by Adam Baldwin
Fall is here again everybody!
Here, at BGI, we’re big fans of Fall, and we’re here to help you reap a bounty that anyone would be thankful for.
In most parts of the US, Fall is considered harvest season but, in a place where it seems that every season is planting season, what’s best to grow? If you’re like me, you want to get the most bang for your proverbial-buck. This means doing a little research about what to plant and what time to plant it. Thankfully, you aren’t the only one with these questions and, here at BGI, we’ve got answers.
Best-Bets for a Fall Garden
While eggplant, or aubergine, are most often considered a vegetable they are, in fact, a fruit. To be specific, they are in the berry family. These versatile vine-ripened fruit are a fan favorite in any season and require a good deal of water, nutrients, and sunlight. Florida has plenty of both sunlight and water, but how can you make certain that your plants are getting the appropriate nutrients? For this, look no further than our Tomatogain. As eggplant is in the same family of Solanaceae with the tomato, they both require similar levels of nutrients. Tomatogain will ensure that your little eggplants are getting what they need by promoting vigorous growth, and high yields while also preventing blossom-end rot and splitting.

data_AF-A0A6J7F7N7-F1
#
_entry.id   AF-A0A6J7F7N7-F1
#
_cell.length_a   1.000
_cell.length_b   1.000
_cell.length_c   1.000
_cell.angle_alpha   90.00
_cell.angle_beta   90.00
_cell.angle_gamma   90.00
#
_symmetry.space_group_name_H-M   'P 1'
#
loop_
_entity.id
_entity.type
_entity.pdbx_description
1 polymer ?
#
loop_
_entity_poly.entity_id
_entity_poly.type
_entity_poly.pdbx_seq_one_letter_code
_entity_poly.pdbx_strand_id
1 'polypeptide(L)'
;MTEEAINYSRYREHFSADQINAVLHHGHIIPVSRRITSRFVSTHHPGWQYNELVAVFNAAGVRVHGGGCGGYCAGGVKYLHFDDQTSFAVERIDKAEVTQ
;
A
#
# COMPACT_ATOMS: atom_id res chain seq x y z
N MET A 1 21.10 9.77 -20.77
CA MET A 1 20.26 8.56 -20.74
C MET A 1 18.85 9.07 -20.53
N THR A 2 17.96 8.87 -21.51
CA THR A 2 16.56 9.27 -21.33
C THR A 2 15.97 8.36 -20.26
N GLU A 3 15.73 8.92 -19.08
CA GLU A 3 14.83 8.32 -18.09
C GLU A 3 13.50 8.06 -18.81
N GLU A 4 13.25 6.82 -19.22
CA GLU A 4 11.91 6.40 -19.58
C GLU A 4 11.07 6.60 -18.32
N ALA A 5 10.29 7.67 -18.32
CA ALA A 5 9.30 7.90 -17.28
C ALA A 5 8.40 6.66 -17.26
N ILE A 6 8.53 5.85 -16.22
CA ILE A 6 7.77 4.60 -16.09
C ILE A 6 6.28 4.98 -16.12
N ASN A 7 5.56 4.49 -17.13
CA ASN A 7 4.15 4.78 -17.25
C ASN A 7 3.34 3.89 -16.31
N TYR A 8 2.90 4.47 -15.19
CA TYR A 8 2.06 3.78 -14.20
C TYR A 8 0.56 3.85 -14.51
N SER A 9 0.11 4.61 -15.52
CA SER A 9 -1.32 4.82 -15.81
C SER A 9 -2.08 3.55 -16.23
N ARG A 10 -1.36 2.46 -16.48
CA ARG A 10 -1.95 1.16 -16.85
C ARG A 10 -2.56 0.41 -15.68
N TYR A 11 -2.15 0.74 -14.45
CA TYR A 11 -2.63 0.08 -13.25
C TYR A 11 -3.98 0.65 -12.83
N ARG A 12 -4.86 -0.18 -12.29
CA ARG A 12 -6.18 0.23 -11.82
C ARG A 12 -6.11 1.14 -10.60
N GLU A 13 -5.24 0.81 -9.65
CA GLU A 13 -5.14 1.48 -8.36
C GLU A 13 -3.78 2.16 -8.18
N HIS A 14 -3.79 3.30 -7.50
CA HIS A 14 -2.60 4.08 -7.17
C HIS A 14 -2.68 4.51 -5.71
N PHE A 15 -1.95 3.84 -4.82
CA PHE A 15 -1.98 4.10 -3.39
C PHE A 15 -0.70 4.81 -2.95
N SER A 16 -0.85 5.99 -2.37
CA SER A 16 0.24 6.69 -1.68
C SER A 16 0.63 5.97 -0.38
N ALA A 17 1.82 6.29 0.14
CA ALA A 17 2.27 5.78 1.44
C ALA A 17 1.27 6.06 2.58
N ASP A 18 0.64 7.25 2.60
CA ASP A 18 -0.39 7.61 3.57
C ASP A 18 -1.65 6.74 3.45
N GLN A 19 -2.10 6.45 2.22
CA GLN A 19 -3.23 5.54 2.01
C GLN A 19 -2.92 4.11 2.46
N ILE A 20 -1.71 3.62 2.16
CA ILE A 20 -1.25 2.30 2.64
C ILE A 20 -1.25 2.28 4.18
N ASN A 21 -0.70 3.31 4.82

Broccoli has always been a favorite on the dinner table. In the same family as kale, and Brussel sprouts, it’s high in iron content and full of wonderful antioxidants. And, as a “super-food,” we’ve put it on our list for Fall-favorites. According to Medical News Today, these foreshortened trees can help fight obesity with their high nutrient content and low calorie count, and even help prevent colon cancer. Here, in Southern Florida, broccoli is a big-time grower this time of year. These annuals all enjoy full sunlight on their broad leaves, plenty of moisture, and room to spread out. Greens grow best when planted in rows and in moist, dark, nutrient-rich soil. Remember, your food eats too and when considering how best to maintain their diet, consider once again our tailor-made produce fertilizer, Tomatogain.
If you’re looking to spice up the holidays but aren’t sure if your peppers will make through the declining temperatures, rest easy. We got you. Sweet peppers, hot peppers, and ornamental peppers are a staple food item for many Floridians, and they grow beautifully here. Most pepper varieties can be planted in spring and harvested midsummer and then replanted again in August through September, they required about 80 days to mature and will produce for several weeks. These fruits are not too finicky about soil but do require plenty of nutrients. For maximum yield, our Tomatogain is an optimal product whether you plant them in a pot or in a garden.
For more information on specific varieties that grow best in Florida, visit the University of Florida’s website: http://gardeningsolutions.ifas.ufl.edu/plants/edibles/vegetables/peppers.html.
From our garden to yours, we wish you a joyful harvest!